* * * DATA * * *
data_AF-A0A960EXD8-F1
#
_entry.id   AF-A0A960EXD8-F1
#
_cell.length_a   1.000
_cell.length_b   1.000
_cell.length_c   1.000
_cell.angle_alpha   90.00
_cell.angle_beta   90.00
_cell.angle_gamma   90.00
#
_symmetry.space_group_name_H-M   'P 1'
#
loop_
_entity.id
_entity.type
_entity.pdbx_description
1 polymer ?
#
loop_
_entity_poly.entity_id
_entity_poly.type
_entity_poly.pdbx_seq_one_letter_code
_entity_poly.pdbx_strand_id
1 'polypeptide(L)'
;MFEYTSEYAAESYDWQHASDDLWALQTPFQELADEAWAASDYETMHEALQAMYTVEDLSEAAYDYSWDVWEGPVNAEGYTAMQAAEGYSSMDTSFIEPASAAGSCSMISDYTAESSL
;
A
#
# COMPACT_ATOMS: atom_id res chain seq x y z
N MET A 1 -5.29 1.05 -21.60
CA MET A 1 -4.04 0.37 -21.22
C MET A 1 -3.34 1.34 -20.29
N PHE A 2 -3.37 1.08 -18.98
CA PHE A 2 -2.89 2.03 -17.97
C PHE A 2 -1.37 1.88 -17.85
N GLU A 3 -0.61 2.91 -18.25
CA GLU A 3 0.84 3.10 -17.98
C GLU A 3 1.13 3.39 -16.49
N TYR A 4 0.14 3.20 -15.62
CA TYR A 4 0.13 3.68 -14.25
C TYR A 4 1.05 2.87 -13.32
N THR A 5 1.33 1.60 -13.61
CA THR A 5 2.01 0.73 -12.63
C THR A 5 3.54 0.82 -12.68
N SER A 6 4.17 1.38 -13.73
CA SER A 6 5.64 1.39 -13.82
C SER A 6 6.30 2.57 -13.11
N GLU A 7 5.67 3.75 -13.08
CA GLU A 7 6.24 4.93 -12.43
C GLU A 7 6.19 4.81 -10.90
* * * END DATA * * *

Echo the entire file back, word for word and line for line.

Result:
data_AF-A0A960EXD8-F1
#
_entry.id   AF-A0A960EXD8-F1
#
_cell.length_a   1.000
_cell.length_b   1.000
_cell.length_c   1.000
_cell.angle_alpha   90.00
_cell.angle_beta   90.00
_cell.angle_gamma   90.00
#
_symmetry.space_group_name_H-M   'P 1'
#
loop_
_entity.id
_entity.type
_entity.pdbx_description
1 polymer ?
#
loop_
_entity_poly.entity_id
_entity_poly.type
_entity_poly.pdbx_seq_one_letter_code
_entity_poly.pdbx_strand_id
1 'polypeptide(L)'
;MFEYTSEYAAESYDWQHASDDLWALQTPFQELADEAWAASDYETMHEALQAMYTVEDLSEAAYDYSWDVWEGPVNAEGYTAMQAAEGYSSMDTSFIEPASAAGSCSMISDYTAESSL
;
A
#
# COMPACT_ATOMS: atom_id res chain seq x y z
N MET A 1 -5.29 1.05 -21.60
CA MET A 1 -4.04 0.37 -21.22
C MET A 1 -3.34 1.34 -20.29
N PHE A 2 -3.37 1.08 -18.98
CA PHE A 2 -2.89 2.03 -17.97
C PHE A 2 -1.37 1.88 -17.85
N GLU A 3 -0.61 2.91 -18.25
CA GLU A 3 0.84 3.10 -17.98
C GLU A 3 1.13 3.39 -16.49
N TYR A 4 0.14 3.20 -15.62
CA TYR A 4 0.13 3.68 -14.25
C TYR A 4 1.05 2.87 -13.32
N THR A 5 1.33 1.60 -13.61
CA THR A 5 2.01 0.73 -12.63
C THR A 5 3.54 0.82 -12.68
N SER A 6 4.17 1.38 -13.73
CA SER A 6 5.64 1.39 -13.82
C SER A 6 6.30 2.57 -13.11
N GLU A 7 5.67 3.75 -13.08
CA GLU A 7 6.24 4.93 -12.43
C GLU A 7 6.19 4.81 -10.90